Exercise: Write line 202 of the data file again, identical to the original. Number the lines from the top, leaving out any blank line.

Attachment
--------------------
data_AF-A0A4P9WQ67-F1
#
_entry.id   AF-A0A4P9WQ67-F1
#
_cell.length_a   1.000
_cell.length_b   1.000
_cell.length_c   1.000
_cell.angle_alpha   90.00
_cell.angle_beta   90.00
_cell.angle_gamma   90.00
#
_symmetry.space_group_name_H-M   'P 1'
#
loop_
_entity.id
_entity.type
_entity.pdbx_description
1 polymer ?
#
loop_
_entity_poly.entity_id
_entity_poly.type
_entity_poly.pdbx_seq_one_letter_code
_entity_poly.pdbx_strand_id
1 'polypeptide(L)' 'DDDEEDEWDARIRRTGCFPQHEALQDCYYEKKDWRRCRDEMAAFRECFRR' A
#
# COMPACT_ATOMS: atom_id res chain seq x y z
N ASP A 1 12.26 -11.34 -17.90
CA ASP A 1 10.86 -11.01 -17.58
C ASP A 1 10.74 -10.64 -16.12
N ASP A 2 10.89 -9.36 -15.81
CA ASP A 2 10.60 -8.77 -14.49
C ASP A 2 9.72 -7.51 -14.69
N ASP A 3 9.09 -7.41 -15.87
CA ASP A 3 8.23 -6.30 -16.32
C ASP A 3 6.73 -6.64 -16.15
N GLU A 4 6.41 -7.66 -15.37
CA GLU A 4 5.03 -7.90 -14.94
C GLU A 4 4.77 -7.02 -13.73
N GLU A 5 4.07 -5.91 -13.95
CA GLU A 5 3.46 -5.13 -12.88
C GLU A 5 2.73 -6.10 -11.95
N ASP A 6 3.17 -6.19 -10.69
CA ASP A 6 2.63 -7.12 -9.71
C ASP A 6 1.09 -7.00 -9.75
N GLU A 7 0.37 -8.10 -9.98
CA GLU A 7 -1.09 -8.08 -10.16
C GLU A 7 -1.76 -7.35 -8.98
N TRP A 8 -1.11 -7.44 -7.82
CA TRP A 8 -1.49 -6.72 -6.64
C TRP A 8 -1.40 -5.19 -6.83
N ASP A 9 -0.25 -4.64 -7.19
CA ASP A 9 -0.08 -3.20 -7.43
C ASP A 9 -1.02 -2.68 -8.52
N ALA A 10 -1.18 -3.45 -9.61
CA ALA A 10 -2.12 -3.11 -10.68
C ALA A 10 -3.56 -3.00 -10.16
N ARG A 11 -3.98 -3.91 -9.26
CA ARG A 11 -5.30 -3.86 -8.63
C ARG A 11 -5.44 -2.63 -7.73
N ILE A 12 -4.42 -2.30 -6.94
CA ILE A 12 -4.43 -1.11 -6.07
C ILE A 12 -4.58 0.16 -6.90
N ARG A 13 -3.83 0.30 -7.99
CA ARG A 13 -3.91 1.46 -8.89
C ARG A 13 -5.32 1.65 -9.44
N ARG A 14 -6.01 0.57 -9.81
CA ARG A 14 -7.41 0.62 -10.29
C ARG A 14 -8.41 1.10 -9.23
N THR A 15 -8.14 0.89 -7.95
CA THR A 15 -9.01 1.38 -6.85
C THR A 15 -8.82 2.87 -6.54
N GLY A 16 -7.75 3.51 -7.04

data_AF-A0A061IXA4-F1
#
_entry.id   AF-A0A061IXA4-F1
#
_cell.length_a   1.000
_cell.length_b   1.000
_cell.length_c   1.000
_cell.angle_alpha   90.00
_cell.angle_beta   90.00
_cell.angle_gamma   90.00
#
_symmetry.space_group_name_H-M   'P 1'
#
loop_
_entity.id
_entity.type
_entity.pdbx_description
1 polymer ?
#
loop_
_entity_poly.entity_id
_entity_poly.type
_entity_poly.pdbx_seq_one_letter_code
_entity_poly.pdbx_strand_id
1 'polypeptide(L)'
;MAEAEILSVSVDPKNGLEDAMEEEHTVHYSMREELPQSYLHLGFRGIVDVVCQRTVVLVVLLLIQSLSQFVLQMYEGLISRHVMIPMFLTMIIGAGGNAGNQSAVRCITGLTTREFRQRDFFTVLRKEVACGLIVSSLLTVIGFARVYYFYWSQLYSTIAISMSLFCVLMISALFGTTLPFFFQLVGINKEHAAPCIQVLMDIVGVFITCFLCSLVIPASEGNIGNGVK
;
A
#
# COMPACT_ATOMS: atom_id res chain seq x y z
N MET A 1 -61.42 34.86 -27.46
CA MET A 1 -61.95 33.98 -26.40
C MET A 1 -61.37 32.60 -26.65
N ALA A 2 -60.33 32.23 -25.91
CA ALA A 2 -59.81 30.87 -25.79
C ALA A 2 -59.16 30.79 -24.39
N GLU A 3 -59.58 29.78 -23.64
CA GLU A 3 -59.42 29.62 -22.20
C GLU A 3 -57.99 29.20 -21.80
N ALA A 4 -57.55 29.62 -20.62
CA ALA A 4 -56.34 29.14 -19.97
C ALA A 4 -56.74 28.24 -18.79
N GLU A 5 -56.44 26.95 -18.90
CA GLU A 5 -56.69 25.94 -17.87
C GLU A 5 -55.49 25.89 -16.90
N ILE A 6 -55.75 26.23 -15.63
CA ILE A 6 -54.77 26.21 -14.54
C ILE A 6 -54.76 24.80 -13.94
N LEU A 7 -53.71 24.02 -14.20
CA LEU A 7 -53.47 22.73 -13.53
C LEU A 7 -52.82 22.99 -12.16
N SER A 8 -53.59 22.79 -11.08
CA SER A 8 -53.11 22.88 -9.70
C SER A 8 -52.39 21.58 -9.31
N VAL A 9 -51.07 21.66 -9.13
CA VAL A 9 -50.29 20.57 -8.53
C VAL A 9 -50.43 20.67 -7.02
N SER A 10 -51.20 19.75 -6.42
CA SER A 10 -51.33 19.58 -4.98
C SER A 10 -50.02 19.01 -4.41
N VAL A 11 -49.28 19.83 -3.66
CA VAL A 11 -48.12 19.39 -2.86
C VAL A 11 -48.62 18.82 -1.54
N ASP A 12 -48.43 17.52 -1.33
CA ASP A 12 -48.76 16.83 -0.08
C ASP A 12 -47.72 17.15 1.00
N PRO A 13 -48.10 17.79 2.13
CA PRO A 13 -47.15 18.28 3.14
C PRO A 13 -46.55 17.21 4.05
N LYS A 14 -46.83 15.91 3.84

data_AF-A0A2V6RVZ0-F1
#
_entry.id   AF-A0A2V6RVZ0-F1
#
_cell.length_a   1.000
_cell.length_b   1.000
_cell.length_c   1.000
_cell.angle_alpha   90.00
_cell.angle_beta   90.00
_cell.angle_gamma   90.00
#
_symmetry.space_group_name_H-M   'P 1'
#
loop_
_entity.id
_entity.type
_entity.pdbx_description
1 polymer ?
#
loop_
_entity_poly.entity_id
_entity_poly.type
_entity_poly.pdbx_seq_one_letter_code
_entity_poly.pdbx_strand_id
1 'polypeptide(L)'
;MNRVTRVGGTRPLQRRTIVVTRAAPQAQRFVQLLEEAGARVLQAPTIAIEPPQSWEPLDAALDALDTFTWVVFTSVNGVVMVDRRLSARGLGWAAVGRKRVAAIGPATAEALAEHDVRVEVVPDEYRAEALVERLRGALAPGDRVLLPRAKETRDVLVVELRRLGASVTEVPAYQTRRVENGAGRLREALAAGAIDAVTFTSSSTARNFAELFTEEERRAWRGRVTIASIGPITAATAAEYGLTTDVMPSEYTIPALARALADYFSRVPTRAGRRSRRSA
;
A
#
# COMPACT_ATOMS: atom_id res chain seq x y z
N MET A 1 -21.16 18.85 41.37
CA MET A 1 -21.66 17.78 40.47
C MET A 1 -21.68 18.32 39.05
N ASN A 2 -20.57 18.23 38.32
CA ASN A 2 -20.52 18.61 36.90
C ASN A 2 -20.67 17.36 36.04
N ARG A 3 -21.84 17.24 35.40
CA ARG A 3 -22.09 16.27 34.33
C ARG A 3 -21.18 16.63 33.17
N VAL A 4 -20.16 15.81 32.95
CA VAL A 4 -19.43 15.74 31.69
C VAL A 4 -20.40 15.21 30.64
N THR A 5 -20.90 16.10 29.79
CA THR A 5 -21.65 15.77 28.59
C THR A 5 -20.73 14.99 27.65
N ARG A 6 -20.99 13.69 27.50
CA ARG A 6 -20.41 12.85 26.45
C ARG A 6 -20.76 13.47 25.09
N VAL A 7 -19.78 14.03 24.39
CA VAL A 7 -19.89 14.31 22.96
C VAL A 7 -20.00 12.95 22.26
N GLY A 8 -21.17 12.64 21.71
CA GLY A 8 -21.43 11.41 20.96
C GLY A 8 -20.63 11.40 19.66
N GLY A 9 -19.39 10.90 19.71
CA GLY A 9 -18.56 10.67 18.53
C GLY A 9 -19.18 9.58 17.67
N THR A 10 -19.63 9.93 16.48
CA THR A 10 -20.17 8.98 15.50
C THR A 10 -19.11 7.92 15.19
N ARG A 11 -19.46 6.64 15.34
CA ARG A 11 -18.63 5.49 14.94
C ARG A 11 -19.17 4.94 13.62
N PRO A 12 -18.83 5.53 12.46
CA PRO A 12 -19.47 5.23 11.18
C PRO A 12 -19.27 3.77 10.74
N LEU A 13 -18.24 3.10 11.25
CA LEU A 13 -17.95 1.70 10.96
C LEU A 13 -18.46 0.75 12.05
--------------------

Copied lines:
CA THR A 10 -20.17 8.98 15.50